Diverse work team.
Companies are becoming more aware of the objectives in DEI. Photo. Pixabay.

Corporate DEI strategy: Better outcomes for companies

More and more organizations are strengthening their Diversity, Equity, and Inclusion goals for better results.



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Beyond an imposition or a rule, companies have been changing the chip in recent years to understand that financial objectives are more easily achieved through the correct application of a Diversity, Equity and Inclusion (DEI) strategy in all their processes.

Going a step further, the publication Entrepreneur presented an analysis that indicates that for a company to survive it must include these three concepts in its corporate goals.

Change in trend

Seeking to change outdated practices, which do not offer any type of additional compensation for DEI tasks within companies, several organizations have begun to see better results thanks to the fact that employees see these activities, not as a hobby outside their work hours, but as a key part of their work.

“With goals, employees are more likely to prioritize the time spent on education and activities to drive awareness and systemic change,” noted Entrepreneur.

According to data from the Society for Human Resource Management, between September 2017 and 2018, 51 S&P 500 companies included a diversity metric in their compensation program, a number that rose to 99 between February 2020 and 2021.

DEI Goals

To ensure that employees understand the expectations generated by being in more inclusive workplaces, it is important, in addition to setting specific goals, to apply the following concepts to the process:

  • Specificity: Knowing how to understand when an objective has been completed.
  • Measurement: There should be a number or percentage tied to the goal.
  • Aspiration: Set challenges that allow achieving the objectives that are not being met.
  • Relevance: Employees recognize their role in achieving goals.
  • Delimit: Establish a deadline, because without it things are not done.


Also, understanding that the objectives set must be clear and clever, these are some examples of initial goals that should be established:

  • Number of hours of diversity education and training
  • Participation in Employee Resource Group (ERG) activities
  • Activities to support the elimination of bias in recruitment, hiring, promotion, pay, and performance decisions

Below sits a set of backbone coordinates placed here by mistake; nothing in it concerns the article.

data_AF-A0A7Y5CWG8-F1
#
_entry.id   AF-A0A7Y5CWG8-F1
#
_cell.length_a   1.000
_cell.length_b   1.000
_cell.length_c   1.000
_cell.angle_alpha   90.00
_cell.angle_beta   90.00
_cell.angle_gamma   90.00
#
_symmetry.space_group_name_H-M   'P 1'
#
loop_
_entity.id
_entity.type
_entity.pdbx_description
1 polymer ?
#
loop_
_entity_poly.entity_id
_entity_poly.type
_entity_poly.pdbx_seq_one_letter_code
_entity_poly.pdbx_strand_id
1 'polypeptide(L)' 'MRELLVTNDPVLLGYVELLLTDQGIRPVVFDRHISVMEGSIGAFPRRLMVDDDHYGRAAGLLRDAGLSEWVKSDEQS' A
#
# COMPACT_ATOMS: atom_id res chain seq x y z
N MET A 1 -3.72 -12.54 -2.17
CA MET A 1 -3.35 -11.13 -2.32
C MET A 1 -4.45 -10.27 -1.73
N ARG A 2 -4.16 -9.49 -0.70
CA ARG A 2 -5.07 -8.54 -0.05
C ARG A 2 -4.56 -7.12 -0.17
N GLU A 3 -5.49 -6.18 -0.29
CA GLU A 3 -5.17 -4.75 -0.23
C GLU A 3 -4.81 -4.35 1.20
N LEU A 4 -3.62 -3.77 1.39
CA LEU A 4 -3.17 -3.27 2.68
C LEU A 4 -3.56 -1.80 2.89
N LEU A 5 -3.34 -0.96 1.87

• Inclusive behavior with 360 data from team members
  • Leadership roles in DEI and ERG teams
  • Participation in community events for DEI
  • Teaching time with others about DEI
  • Recognition of other allies

In addition, the publication highlights the following steps for any organization to take on this DEI-based makeover:

  • It's a journey, not a destination: Set reasonable goals and targets to close the gaps in talent, salary, and education.
  • Make it part of the performance: Demonstrate the benefits so that it is understood that this is not something that could be nice to have, but rather that it is something that must be attained.
  • Engage senior leaders in a consistent and intentional set of actions throughout the year: This should be part of every key employee meeting and activity.
  • Measure progress: Look beyond representation numbers and dig holistically into attitudes/perceptions.
  • Take education to the next level: Go beyond awareness to tangible activities where employees can take action, such as openly addressing bias in systems and liability.

DEI Culture

Highlighting how clear objectives lead to higher performance and motivation, especially in business, Entrepreneur highlights these reflections that work like DEI goals and increase the odds of success:

  • DEI is not a zero-sum game: By focusing on diversity goals, we cultivate opportunities for innovation and decision-making in business outcomes.
  • The majority group is part of the solution, not the problem: Decision makers must prioritize DEI in their decisions to support diversity.
  • DEI is not politics: These are human issues that affect people in the workplace.

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